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Scientists Discover Sperm's Motility Secret

Feb 08, 2010
Scientists uncovered the secrets of the fertilization process, discovering the mechanism that makes sperm swim to the egg. This finding can lead to the development of the innovative male birth control methods and new infertility treatments.

It has been long known that sperm is motile only for a short period of time. In the male reproductive tract sperm is in a passive state or they will easily be worn out and won't be able to fertilize the egg. In order to make sperm move on, there should be the right environment. When sperm gets into female reproductive tract, the alkaline pH inside vagina makes sperm release protons, which stimulates sperm to swim to the egg.

Yuriy Kirichok, the leading researcher at the University of California, San Francisco, explains that the concentration of protons inside the sperm cell is 1,000 times higher than outside. If you open a pore, the protons will flow out and the sperm will swim. In fact, sperm flagellum, a long and thin structure, has numerous Hv1 proton channels. External factors, such as alkaline environment of the vagina or removal of zinc outside the cell make the pores open, which prompts sperm to swim.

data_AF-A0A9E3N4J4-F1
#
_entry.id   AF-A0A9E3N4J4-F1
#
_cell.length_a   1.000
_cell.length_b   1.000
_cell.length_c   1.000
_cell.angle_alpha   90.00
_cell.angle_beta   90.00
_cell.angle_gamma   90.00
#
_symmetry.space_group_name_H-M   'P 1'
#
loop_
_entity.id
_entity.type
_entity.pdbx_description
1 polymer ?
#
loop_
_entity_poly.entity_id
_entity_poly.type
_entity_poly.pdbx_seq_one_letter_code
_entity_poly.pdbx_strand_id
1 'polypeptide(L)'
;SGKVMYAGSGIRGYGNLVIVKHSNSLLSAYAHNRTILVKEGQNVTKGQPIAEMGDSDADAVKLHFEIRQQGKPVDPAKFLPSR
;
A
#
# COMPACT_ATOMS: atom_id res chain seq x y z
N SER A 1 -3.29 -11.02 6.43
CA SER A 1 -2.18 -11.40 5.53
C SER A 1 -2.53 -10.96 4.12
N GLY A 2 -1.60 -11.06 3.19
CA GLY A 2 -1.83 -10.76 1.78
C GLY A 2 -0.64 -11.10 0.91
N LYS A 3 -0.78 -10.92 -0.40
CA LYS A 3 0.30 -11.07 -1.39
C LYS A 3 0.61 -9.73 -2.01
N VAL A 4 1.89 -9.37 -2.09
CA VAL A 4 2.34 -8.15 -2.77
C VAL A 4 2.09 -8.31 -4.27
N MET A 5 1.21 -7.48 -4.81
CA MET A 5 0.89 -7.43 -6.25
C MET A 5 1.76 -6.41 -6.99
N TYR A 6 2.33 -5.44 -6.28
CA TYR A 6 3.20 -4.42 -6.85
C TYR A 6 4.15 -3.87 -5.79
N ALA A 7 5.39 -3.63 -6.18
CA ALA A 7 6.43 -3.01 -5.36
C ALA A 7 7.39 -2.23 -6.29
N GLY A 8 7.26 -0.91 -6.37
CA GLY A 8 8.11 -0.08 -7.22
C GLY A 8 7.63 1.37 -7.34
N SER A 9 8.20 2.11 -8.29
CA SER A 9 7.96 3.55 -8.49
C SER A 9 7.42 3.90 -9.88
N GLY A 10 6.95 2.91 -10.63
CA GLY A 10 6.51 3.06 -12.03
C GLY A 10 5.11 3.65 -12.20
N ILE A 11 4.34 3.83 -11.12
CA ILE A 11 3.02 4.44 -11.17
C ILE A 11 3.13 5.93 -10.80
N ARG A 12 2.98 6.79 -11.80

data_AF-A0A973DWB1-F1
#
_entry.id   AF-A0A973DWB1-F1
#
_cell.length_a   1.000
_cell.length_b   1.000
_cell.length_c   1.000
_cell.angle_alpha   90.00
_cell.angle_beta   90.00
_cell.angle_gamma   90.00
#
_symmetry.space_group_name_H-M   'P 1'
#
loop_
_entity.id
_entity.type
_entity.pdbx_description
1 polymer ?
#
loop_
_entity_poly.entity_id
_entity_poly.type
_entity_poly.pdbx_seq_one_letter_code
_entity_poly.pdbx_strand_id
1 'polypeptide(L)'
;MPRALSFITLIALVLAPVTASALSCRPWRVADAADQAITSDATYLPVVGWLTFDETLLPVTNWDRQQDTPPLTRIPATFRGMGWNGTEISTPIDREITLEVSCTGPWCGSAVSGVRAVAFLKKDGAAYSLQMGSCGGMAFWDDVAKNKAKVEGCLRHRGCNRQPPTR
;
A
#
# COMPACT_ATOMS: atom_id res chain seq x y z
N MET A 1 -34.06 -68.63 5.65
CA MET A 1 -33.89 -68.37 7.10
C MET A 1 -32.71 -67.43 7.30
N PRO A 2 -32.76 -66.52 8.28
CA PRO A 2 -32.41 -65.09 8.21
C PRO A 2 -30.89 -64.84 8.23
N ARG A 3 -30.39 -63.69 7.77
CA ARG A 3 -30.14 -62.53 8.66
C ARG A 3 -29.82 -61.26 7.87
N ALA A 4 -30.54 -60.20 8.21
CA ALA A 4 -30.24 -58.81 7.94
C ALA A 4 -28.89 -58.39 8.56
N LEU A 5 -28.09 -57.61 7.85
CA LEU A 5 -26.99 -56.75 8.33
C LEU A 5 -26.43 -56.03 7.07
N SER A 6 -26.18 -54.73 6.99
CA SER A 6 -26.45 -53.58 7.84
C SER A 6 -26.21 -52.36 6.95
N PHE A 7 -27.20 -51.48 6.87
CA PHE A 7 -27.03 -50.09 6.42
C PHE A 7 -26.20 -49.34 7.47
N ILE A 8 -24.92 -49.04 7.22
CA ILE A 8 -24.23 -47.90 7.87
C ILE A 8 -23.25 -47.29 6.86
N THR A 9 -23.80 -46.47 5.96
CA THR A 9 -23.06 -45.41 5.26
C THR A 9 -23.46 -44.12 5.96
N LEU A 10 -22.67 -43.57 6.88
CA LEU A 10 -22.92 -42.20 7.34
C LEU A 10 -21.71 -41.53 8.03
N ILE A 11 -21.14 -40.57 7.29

Scientists say that the discovery of the Hv1 proton channels may help them develop novel male birth control methods. This can be done by learning how to block the molecule that activates sperm. Otherwise, scientists can find a way to stimulate sperm to move on to fertilize the egg, if the couple deals with infertility issues.

The study was published in the journal Cell, a Cell Press publication.

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